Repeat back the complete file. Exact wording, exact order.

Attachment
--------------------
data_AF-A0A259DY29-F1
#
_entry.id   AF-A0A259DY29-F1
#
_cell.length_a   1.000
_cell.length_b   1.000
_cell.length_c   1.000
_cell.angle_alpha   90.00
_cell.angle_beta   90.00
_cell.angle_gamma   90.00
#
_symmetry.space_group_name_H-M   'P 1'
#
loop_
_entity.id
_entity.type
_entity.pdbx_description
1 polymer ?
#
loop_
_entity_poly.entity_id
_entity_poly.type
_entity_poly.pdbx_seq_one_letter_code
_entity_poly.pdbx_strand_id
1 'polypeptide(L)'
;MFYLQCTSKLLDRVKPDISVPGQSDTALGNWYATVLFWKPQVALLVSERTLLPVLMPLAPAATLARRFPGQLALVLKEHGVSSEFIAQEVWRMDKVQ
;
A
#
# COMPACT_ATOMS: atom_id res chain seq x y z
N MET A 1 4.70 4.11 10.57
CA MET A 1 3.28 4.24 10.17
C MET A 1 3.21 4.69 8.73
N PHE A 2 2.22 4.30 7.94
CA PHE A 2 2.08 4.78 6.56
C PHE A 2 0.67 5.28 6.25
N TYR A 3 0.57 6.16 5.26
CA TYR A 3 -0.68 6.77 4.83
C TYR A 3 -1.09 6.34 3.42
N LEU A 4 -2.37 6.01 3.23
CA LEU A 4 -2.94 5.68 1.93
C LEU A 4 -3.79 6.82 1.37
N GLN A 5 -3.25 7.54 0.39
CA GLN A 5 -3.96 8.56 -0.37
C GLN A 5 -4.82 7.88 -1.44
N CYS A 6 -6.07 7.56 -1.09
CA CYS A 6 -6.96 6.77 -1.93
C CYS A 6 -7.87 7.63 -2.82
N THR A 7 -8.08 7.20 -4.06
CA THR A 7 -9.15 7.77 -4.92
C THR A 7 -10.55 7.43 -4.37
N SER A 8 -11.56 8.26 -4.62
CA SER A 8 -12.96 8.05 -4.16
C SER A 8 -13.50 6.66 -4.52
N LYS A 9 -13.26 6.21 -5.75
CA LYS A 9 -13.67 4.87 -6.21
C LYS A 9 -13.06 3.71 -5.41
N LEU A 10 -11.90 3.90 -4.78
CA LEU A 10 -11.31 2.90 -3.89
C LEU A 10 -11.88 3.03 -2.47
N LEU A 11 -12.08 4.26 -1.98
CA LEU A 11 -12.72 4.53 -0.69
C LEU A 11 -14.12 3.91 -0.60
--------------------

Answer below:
data_AF-A0A259DY29-F1
#
_entry.id   AF-A0A259DY29-F1
#
_cell.length_a   1.000
_cell.length_b   1.000
_cell.length_c   1.000
_cell.angle_alpha   90.00
_cell.angle_beta   90.00
_cell.angle_gamma   90.00
#
_symmetry.space_group_name_H-M   'P 1'
#
loop_
_entity.id
_entity.type
_entity.pdbx_description
1 polymer ?
#
loop_
_entity_poly.entity_id
_entity_poly.type
_entity_poly.pdbx_seq_one_letter_code
_entity_poly.pdbx_strand_id
1 'polypeptide(L)'
;MFYLQCTSKLLDRVKPDISVPGQSDTALGNWYATVLFWKPQVALLVSERTLLPVLMPLAPAATLARRFPGQLALVLKEHGVSSEFIAQEVWRMDKVQ
;
A
#
# COMPACT_ATOMS: atom_id res chain seq x y z
N MET A 1 4.70 4.11 10.57
CA MET A 1 3.28 4.24 10.17
C MET A 1 3.21 4.69 8.73
N PHE A 2 2.22 4.30 7.94
CA PHE A 2 2.08 4.78 6.56
C PHE A 2 0.67 5.28 6.25
N TYR A 3 0.57 6.16 5.26
CA TYR A 3 -0.68 6.77 4.83
C TYR A 3 -1.09 6.34 3.42
N LEU A 4 -2.37 6.01 3.23
CA LEU A 4 -2.94 5.68 1.93
C LEU A 4 -3.79 6.82 1.37
N GLN A 5 -3.25 7.54 0.39
CA GLN A 5 -3.96 8.56 -0.37
C GLN A 5 -4.82 7.88 -1.44
N CYS A 6 -6.07 7.56 -1.09
CA CYS A 6 -6.96 6.77 -1.93
C CYS A 6 -7.87 7.63 -2.82
N THR A 7 -8.08 7.20 -4.06
CA THR A 7 -9.15 7.77 -4.92
C THR A 7 -10.55 7.43 -4.37
N SER A 8 -11.56 8.26 -4.62
CA SER A 8 -12.96 8.05 -4.16
C SER A 8 -13.50 6.66 -4.52
N LYS A 9 -13.26 6.21 -5.75
CA LYS A 9 -13.67 4.87 -6.21
C LYS A 9 -13.06 3.71 -5.41
N LEU A 10 -11.90 3.90 -4.78
CA LEU A 10 -11.31 2.90 -3.89
C LEU A 10 -11.88 3.03 -2.47
N LEU A 11 -12.08 4.26 -1.98
CA LEU A 11 -12.72 4.53 -0.69
C LEU A 11 -14.12 3.91 -0.60